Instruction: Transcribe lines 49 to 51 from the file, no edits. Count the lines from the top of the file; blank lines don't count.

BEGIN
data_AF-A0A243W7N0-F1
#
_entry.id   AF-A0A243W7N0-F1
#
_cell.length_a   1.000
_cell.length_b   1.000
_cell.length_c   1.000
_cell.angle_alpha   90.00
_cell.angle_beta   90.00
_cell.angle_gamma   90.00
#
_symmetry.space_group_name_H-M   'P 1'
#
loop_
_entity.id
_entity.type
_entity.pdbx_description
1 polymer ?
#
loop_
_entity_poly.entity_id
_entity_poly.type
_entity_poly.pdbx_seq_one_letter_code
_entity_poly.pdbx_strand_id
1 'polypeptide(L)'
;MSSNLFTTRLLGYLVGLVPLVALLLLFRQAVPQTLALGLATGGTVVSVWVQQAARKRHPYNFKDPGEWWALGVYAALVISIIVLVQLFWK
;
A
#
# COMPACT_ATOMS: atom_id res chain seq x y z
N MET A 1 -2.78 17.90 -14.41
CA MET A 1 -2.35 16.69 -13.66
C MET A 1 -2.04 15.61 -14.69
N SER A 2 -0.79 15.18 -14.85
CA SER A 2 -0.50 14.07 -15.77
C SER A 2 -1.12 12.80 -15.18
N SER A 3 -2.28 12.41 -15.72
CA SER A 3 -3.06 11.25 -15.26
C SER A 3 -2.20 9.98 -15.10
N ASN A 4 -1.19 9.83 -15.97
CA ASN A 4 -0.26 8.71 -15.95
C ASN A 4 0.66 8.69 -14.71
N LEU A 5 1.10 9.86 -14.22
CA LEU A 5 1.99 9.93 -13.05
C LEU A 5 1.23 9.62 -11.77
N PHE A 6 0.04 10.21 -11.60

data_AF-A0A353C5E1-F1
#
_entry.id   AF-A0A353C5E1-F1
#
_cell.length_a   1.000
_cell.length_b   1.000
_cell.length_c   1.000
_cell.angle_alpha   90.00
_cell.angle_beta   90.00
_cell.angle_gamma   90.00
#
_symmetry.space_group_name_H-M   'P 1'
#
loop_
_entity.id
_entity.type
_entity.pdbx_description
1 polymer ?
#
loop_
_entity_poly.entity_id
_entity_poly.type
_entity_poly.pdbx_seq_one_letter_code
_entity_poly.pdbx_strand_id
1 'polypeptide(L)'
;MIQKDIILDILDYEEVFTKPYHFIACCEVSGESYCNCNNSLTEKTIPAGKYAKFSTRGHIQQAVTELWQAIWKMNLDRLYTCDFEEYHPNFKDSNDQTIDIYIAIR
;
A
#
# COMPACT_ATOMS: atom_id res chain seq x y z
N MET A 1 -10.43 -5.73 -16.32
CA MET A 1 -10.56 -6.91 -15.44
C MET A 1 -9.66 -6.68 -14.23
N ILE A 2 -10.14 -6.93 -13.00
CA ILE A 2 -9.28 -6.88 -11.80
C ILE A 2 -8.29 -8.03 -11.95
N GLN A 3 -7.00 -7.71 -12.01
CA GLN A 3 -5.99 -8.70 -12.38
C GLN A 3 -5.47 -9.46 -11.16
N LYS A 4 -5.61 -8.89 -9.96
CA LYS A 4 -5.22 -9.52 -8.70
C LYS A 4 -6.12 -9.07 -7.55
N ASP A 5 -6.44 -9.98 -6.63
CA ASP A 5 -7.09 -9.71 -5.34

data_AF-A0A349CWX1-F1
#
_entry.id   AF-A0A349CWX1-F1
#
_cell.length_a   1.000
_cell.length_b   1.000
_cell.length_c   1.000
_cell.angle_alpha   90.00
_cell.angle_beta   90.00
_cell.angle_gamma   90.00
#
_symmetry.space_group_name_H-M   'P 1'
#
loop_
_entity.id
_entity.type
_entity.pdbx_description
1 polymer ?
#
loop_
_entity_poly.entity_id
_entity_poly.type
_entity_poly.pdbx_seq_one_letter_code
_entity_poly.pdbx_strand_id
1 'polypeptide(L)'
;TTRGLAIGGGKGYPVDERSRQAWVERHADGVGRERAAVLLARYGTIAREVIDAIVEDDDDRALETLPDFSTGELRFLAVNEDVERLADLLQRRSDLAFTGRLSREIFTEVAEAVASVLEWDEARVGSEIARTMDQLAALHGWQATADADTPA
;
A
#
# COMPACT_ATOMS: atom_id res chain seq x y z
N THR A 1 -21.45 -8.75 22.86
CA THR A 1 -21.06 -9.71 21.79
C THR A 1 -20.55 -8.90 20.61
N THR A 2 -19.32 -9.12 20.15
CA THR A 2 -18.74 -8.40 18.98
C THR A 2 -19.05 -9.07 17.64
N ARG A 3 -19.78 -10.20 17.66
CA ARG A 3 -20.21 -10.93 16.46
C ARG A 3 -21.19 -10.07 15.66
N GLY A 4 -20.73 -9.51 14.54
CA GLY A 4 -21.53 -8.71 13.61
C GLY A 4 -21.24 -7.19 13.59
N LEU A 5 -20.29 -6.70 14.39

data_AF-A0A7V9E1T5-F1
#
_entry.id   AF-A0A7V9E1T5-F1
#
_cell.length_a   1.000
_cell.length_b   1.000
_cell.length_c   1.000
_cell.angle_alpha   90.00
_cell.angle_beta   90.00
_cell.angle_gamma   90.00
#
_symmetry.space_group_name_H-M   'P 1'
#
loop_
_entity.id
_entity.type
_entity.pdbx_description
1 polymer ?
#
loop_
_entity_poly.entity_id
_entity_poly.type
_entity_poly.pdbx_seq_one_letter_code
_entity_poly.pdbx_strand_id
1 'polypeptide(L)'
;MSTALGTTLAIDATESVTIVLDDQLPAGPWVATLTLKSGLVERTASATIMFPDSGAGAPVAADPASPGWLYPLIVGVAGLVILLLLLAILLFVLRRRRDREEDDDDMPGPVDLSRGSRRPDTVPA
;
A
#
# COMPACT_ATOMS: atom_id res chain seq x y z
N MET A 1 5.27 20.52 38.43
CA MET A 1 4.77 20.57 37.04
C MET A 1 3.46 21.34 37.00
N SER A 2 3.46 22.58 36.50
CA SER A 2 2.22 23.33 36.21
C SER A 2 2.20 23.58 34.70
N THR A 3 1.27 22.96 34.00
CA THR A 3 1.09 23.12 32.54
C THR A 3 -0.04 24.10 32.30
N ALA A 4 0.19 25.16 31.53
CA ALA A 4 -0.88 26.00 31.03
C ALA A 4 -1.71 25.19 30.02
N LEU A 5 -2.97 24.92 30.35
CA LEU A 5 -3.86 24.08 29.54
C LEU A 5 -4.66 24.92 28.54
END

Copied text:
_entry.id   AF-A0A353C5E1-F1
#
_cell.length_a   1.000